Tiwari et al.30 characterized the hybrid Raman and EDFA in terms of the gain variation and NF measurement. In this work, three types of HOAs are proposed for a multichannel WDM system and it was observed that the multichannel gain spectrum of the HOAs is quite different from the case of a single channel. It was concluded that the hybrid Raman-EDFA configuration using a residual pumping scheme provided the best results in terms of the gain and pump efficiency. But the better BER performance was shown by hybrid I configuration, which is a combination of Raman and EDFA pumped by a residual Raman pump in a copropagating geometry.
Martini et al.31 demonstrated the Raman-EDFA HOA in the scenario of cost effective recycling residual pumps by choosing an optimized pump wavelength and power. This allows the structure of amplifiers to have a large gain bandwidth product, gain flatness, and high-power conversion efficiency. It was observed that the proposed Raman-EDFA HOA provides the best results when it was pumped with two pump lasers (which were tuned at 1425 and 1468.4 nm, respectively) with the pump powers of 296.3 and 61.3 mW, respectively.
Rocha and Nogueria32 proposed a cost effective optical amplification over the S + C bands using a hybrid fiber amplifier (HFA). The cost factor has also been reduced by using a single pump wavelength to pump the proposed HFA. The HFA configuration based on an EDFA provides a gain over the C-band with a distributed RFA to attain the gain over the S-band. The HFA was numerically characterized and its optimal configuration was calculated using the optimization procedures based on genetic algorithms. They found an optimum EDFA length, which allows the HFA configuration to operate for several transmission distances. This configuration can operate up to 100 km, achieving a higher gain with an average NF of 5 dB over the analyzed wideband.
Hsu et al.33 proposed and demonstrated a 100-km dual band HFA in the bridge-type scheme. The proposed HFA consists of a C-band EDFA and an L-band RFA using double-pass dispersion compensators in a loop-back scheme. Power equalization was realized by adjusting the pump ratio and optimizing the fiber Bragg grating (FBG) reflectivity for the corresponding channels. On the other hand, the chromatic dispersion for all C + L band channels was optimally compensated to achieve a flat power spectrum. After comparing simulation and experimental results, it was recommended that the proposed hybrid EDFA and RFA may find vast applications in WDM long-haul systems and in optical networks where power equalization, power budget, and dispersion management are the crucial issues.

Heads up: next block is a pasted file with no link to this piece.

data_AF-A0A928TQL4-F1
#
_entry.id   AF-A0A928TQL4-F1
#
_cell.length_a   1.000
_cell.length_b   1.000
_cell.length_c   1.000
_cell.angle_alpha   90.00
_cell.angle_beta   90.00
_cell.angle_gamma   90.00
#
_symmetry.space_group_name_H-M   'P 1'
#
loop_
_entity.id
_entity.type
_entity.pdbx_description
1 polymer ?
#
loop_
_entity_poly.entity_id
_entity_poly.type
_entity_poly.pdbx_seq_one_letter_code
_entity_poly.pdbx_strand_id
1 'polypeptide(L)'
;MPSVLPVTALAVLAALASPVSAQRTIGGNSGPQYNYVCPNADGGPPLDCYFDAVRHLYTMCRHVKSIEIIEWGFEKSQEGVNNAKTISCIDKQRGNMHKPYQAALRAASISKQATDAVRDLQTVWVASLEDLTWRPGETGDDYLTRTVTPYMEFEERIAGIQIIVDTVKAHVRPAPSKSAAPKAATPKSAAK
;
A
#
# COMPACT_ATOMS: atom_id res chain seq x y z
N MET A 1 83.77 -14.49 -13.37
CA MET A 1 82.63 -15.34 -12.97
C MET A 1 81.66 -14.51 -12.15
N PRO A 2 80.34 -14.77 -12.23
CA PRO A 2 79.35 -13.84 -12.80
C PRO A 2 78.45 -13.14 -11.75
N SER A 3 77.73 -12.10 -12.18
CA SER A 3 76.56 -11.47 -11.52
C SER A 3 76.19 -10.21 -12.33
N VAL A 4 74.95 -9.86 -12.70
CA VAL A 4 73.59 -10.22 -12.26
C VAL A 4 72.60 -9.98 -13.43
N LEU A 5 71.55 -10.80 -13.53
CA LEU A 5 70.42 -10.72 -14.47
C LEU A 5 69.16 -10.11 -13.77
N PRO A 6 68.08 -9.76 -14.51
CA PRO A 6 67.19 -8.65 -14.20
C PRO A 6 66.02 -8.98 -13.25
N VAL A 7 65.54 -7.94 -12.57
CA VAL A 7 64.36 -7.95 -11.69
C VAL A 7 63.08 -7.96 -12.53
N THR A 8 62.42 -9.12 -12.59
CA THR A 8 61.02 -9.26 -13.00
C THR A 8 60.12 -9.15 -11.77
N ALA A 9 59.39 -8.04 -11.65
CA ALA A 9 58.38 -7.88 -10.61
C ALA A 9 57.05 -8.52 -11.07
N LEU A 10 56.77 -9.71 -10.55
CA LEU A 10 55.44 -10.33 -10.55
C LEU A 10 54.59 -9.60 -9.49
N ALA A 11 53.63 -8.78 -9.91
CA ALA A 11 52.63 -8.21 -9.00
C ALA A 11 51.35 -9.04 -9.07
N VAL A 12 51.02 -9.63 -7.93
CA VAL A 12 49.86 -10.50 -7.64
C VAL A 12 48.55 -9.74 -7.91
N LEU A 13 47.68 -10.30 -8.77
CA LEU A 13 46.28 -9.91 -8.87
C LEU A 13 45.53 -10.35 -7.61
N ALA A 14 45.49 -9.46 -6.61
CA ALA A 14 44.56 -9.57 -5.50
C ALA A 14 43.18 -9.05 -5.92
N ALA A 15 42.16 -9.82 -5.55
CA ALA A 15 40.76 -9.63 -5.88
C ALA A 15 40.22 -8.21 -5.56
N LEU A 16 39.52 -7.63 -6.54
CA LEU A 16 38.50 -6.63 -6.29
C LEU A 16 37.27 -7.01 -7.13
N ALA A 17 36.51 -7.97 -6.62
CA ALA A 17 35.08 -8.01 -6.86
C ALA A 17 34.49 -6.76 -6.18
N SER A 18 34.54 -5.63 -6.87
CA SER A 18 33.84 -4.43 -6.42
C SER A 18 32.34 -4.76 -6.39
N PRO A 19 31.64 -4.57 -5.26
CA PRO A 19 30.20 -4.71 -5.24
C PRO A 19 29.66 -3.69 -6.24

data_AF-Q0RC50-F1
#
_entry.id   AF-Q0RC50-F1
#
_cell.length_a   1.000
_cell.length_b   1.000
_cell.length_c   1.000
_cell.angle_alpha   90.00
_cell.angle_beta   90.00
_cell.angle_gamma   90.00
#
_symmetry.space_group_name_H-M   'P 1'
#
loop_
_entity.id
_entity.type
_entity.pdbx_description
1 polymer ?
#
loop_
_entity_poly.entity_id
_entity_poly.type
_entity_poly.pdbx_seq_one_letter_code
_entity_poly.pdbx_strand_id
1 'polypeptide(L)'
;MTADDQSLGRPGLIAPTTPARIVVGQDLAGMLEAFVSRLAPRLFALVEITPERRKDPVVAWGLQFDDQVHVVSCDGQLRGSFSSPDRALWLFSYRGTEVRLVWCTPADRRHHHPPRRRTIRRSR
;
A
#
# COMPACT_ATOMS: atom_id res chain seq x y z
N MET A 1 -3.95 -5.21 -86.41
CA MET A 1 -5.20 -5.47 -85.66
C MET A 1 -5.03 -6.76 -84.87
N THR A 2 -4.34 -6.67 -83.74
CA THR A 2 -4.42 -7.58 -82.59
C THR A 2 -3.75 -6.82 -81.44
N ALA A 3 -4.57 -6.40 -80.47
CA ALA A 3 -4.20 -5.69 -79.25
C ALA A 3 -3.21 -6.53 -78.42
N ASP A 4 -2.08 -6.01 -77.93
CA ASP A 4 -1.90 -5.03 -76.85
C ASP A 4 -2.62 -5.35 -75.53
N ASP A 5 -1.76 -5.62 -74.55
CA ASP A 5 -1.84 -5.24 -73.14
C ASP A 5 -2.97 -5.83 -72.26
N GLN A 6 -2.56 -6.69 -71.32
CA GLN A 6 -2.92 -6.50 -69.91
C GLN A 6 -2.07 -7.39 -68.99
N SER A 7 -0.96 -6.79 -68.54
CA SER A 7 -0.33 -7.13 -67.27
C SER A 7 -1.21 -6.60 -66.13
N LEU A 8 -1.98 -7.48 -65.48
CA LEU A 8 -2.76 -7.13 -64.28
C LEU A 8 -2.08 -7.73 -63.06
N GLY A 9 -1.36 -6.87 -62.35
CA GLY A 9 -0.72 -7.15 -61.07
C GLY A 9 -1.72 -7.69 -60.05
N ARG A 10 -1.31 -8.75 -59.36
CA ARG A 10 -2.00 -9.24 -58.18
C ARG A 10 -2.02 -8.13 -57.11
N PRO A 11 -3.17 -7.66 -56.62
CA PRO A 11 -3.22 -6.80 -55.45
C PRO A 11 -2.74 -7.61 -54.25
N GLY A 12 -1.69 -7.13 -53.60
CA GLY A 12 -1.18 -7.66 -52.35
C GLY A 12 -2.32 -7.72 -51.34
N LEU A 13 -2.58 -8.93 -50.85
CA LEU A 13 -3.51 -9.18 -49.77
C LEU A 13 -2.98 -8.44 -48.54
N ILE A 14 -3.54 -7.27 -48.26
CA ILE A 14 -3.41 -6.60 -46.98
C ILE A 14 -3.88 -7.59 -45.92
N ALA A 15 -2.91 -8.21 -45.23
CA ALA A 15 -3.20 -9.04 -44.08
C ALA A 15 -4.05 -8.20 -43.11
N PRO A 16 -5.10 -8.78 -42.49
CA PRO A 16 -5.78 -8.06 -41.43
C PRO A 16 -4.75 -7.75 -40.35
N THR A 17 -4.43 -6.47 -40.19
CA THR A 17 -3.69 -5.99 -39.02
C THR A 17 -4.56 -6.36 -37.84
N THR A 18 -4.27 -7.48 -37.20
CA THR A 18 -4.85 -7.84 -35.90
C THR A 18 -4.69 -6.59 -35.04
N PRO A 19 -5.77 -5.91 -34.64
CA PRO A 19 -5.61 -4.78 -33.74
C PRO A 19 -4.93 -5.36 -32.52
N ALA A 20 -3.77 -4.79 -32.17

Yuan et al.34 introduced a configuration of the hybrid Raman-EDFA. They also produced some restriction conditions to yield the optimum design. The influence of various Raman amplifier noises [such as amplified spontaneous emission (ASE) and Rayleigh] on the OSNR of the receiver had also been determined in the depth. In this work, various important conclusions have been made such as, with the same span length and with a different large nonlinear weight the value of the Q-factor is larger. On the other hand, the quality degrades if the same nonlinear weight has been chosen with a different span distance. The quality factor degrades with respect to the increment in the span length, which produces the ASE and Rayleigh noise.
For better clarity on the progress of HOAs in the terms of gain flatness, gain bandwidth, and transmission distance, these results have been briefly described in Table 2.
Progress of hybrid optical amplifiers.
|Author/Year||Types||Gain BW||Channels||Gain flatness||Length|
|Delavauz et al.||Hybrid EDFAs||35 nm||14||1 dB||300 km|
|Masuda et al.||Raman + EDFA + equalizer||65 nm||17||6 dB|
|Kawai et al.||Raman + EDFFA + equalizer||67 nm||14||1.5 dB||900 km|
|Carena et al.||Raman + two EDFAs + DCF||>200 km|
|Yeh et al.||EDFA + SOA + EDFA||60 nm||30||>3 dB|
|Sakamoto et al.||TDFA + EDFA||80 nm||9||2 dB|
|Ummy et al.||Tendom and unison||60 nm||5 dB||550 m of HNFL|
|Huri et al.||EDFA + isolator + SOA||30 nm||10||<4 dB||3 m of each EDFA|
|Singh et al.||Various combinations of EDFA, Raman, and SOA||#19.4 THz for 25 GHz of channel spacing #38.8 THz for 50 GHz of channel spacing #78.2 THz for 100 GHz of channel spacing||100||12 km|
|Hasan et al.||Raman + EDFA||17 nm||40||<1.5 dB||80 km|
|Singh and Kaler||Raman + EDFA + DCF||33.37 nm||160||<4.5 dB||100 km|
|Rocha and Nogueria||Raman + EDFA||60 nm||40||>5 dB||100 km|
|Singh and Kaler||EDWA + SOA with Raman + EDFA||20 nm||100||1.15 dB||100 km|
|Hsu et al.||Raman + EDFA + FBGs||70 nm||15||±0.2 dB||100 km|
|Singh and Kaler||Optimized EDFA + Raman||2.5 THz||100||1.35 dB||100 km|
Theoretical Background: Physics of Amplification in Hybrid Raman-Erbium Doped Fiber Amplifier
According to Refs. 35 and 42, the total gain of cascaded amplifiers was considered to be the sum or product of their individual gains, but the gain of the second cascaded amplifier (net gain) depends on the first amplifier’s gain.45 Thus, in this section, a net-gain model of a cascaded Raman-EDFA is derived by considering those actual conditions. The mathematical model is divided into two subsections: in Sec. 3.1, an expression for the variation of pump power and signal power along the EDFA length is determined, while in Sec. 3.2, after considering the effect of Raman output power on the EDFA power, an expression for the net signal gain is established.